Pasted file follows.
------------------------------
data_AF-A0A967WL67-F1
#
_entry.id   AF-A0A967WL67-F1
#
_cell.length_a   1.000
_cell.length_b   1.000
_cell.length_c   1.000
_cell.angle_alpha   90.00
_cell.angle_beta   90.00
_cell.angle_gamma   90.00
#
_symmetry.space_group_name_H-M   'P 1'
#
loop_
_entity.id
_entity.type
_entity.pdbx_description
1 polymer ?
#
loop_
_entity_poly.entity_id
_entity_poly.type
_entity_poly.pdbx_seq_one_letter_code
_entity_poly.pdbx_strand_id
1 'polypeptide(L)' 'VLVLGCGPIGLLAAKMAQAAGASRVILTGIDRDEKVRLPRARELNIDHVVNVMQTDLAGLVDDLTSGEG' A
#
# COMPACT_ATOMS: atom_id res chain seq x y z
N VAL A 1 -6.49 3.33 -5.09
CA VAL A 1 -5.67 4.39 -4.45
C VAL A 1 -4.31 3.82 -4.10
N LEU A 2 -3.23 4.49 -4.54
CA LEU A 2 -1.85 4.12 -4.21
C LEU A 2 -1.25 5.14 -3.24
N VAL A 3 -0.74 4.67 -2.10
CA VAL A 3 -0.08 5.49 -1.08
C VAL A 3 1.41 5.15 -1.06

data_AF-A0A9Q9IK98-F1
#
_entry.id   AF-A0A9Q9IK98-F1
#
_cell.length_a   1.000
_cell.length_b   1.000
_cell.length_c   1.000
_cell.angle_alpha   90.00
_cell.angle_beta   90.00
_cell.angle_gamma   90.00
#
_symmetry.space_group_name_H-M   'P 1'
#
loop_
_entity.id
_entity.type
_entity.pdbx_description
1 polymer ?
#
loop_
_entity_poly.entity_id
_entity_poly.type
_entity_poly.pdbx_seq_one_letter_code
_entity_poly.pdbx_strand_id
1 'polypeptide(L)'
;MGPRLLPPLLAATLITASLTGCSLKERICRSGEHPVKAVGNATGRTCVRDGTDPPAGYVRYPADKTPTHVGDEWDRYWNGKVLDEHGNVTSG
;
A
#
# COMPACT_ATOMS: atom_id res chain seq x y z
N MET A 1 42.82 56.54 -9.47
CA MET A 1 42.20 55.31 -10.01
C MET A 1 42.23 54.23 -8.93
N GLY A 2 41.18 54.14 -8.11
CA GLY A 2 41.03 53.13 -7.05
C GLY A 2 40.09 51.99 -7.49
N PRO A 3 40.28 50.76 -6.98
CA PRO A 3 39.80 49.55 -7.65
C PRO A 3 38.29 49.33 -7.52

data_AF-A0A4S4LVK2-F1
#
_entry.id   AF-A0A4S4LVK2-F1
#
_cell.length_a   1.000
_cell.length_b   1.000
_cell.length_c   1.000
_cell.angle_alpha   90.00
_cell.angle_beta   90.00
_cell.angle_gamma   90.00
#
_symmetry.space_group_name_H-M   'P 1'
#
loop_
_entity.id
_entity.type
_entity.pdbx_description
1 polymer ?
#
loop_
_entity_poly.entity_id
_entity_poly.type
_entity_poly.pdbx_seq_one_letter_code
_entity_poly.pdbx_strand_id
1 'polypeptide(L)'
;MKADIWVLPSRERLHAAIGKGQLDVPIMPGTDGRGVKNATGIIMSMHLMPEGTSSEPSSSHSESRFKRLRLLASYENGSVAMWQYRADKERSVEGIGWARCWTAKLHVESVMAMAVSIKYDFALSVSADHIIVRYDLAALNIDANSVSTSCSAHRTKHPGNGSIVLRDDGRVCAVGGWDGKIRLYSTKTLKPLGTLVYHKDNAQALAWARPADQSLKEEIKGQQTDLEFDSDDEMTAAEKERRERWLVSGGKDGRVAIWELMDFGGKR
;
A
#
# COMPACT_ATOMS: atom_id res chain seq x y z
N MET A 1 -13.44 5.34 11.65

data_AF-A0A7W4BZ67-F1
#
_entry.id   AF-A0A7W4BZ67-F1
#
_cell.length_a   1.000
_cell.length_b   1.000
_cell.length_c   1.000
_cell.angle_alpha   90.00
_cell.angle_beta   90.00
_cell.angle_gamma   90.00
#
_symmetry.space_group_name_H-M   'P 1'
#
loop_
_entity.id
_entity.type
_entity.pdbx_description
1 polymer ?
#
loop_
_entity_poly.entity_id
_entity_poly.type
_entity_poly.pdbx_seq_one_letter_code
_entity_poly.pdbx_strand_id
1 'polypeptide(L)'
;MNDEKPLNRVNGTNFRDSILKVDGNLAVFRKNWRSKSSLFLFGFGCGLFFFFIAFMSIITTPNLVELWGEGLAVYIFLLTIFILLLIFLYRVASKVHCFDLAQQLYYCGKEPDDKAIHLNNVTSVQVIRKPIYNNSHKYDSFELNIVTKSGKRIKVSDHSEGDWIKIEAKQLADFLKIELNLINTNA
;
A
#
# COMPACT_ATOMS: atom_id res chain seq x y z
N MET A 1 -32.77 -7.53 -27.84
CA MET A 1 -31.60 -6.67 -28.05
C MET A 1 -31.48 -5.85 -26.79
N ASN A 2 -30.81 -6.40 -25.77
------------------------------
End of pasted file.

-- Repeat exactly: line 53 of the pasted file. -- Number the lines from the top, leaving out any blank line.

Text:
_entity.pdbx_description